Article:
This year, a group of students from Columbia Law School’s NALSA Chapter traveled to Wisconsin to over spring break to do pro bono estate planning work for tribal members with Wisconsin Judicare. This was the seventh consecutive year that Columbia NALSA and Wisconsin Judicare partnered to provide legal services on reservations in Wisconsin. Every year the caravan has proven to be a valuable experience both for the students and the clients they serve; this year was no exception.
Volunteers spent four days in the field under the supervision of Judicare attorneys, working with the Ho-Chunk Nation in both Black River Falls and Wisconsin Dells, the Oneida Nation in Oneida, and the Stockbridge-Munsee Band of Mohican Indians in Bowler. These tribes span a varied geographic area of Wisconsin. Students met with tribal members individually to discuss their estate planning needs and prepare the relevant documents, before receiving final review of the documents from a Judicare attorney; clients left the caravan site with an executed, witnessed, and valid final will. The six student volunteers were able to produce approximately ninety wills and many additional powers of attorney over the course of the caravan!
Columbia had a fantastic showing at the 2017 National Native American Law Student Association Moot Court Competition!
Columbia sent six teams to the competition and all six demonstrated phenomenal oral advocacy skill and a mastery of the complicated issues involved in this year’s problem. James Butler & Kamilah Moore, Helin Azizoglu & Victoria Xie, and Edward Smith & Hilary Rosenthal all gave truly excellent performances in the two opening rounds of the competition.
Particular congratulations go to the three teams that advanced past the first two rounds of competition. Clara Kent & Heidi Guzman advanced to the round of 16, Agatha Erickson & Ty Carleton advanced to the round of 8, and Lydia Cash & Juliana Bennington advanced to the round of four coming in third place overall! Lydia Cash also received the G. William Rice Best Oral Advocate award for receiving the highest scores from judges in the entire competition!
NALSA could not be prouder of the members of this year’s team. This weekend’s competition marks the end of months of practices the competitors (all of whom are 1Ls) undertook in addition to their studies. Please join NALSA editors Komal Patel and Hannah Lutz, and coaches, Max Schechter, Maia Hutt, and Rebecca Nocharli in congratulating this year’s competitors.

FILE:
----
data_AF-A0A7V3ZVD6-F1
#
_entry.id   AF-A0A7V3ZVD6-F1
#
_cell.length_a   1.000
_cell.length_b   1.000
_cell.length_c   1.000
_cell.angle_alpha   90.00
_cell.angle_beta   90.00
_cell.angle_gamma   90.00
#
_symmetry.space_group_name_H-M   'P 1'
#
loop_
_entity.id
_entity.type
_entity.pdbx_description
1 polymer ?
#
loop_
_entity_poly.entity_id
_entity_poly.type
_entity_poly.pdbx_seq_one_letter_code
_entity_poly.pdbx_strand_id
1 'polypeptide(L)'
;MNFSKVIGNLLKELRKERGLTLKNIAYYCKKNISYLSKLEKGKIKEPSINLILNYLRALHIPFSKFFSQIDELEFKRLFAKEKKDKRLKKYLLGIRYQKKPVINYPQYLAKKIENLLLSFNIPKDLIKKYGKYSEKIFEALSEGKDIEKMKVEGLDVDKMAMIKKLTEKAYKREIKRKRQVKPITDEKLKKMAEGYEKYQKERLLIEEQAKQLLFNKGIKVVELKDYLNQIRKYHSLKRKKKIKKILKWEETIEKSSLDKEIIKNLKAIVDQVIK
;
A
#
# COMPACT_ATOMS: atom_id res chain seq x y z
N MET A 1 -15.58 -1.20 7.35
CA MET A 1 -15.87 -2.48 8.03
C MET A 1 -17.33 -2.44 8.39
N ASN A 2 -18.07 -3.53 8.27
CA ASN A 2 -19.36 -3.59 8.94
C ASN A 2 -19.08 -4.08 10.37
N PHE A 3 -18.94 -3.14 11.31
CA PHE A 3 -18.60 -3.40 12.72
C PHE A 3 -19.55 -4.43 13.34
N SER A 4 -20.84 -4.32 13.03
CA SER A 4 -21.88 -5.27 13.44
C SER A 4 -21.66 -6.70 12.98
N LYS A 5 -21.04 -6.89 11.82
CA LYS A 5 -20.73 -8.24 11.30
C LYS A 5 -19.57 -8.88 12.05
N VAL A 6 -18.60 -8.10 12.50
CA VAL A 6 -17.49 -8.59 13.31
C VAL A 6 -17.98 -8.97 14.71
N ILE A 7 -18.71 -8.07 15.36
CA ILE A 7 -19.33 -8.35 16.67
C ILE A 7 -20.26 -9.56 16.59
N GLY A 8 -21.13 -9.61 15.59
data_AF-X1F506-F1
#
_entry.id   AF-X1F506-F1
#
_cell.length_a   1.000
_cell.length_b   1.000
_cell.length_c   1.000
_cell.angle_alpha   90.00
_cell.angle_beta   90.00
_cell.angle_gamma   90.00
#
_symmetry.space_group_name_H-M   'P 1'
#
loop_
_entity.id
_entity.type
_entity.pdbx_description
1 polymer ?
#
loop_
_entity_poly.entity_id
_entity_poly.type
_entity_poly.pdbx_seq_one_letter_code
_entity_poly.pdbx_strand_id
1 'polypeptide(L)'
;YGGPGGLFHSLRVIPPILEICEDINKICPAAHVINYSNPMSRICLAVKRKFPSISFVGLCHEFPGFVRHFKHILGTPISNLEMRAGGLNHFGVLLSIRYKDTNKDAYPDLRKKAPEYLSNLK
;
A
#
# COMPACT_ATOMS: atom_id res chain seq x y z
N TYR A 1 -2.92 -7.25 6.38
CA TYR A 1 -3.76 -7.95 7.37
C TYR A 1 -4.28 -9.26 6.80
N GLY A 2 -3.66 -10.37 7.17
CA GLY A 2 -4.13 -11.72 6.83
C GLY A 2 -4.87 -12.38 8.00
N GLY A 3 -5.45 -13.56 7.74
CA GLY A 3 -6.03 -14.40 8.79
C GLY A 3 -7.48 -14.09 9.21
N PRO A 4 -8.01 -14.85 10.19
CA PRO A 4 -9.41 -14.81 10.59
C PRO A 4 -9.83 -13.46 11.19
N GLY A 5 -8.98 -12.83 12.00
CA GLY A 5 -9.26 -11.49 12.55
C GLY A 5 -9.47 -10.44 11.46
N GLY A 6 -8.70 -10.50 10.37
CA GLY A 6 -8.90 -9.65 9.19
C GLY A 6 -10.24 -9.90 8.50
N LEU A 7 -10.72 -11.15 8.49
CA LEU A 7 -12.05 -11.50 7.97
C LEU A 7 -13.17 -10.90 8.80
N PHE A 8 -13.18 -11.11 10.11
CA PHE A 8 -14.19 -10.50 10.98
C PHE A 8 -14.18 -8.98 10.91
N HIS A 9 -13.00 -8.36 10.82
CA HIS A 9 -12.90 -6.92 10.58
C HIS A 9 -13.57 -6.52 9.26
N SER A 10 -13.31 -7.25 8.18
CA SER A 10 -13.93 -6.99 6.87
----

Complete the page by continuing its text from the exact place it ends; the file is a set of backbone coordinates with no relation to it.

The NALSA team would like to thank the many past NALSA participants who volunteered to judge and assist the team this year as well as faculty member Christine Swanick for her dedication to NALSA through LPW and for traveling to California to watch the team compete and faculty member Steven McSloy for taking the time to guest judge practices and offer his insight into the world of Federal Indian Law.
Once again, congratulations to the 2017 NALSA Moot Court Team.
The Moot Court Program at Columbia Law School is made possible by the generous support of Paul, Weiss, Rifkind, Wharton & Garrison LLP.
In honor of Indigenous Peoples’ Day, on Monday, October 10, Columbia Law School’s NALSA chapter hosted a screening of “PAYA: The Water Story of the Paiute.” PAYA documents the history of Paiute Native Americans who constructed and managed 60-miles of intricate irrigation systems in Owens Valley for millennia long before Los Angeles secured its largest source of water through modern engineering a century ago. After the Indian War of 1863, surviving Paiute returned to the Valley from the Eastern Sierra and White Mountains to find their ancient waterworks taken over by white settlers. Today, 150-years later, the Paiute continue the fight to save their waterworks, which are remnant in the Owens Valley landscape. PAYA (“water” in Paiute) stands to recover Paiute water culture and history through the powerful medium of documentary film. For more information on the film, please go to http://payathemovie.com/.
On Wednesday, April 20, Columbia Law School’s NALSA chapter hosted Professor Barbara Creel and Professor John LaVelle from the University of New Mexico School of Law. Professors Creel and LaVelle filed briefs as amici curiae in the case of U.S. v. Bryant, heard by the Supreme Court on April 19, 2016. This case involves Native American Rights within the criminal justice system and will determine whether the use of valid uncounseled tribal-court misdemeanor convictions in a domestic violence case violates the Constitution.
The event was co-sponsored by The Domestic Violence Project, American Constitution Society, and the Columbia Law ACLU.
Columbia's Native American Law Student Association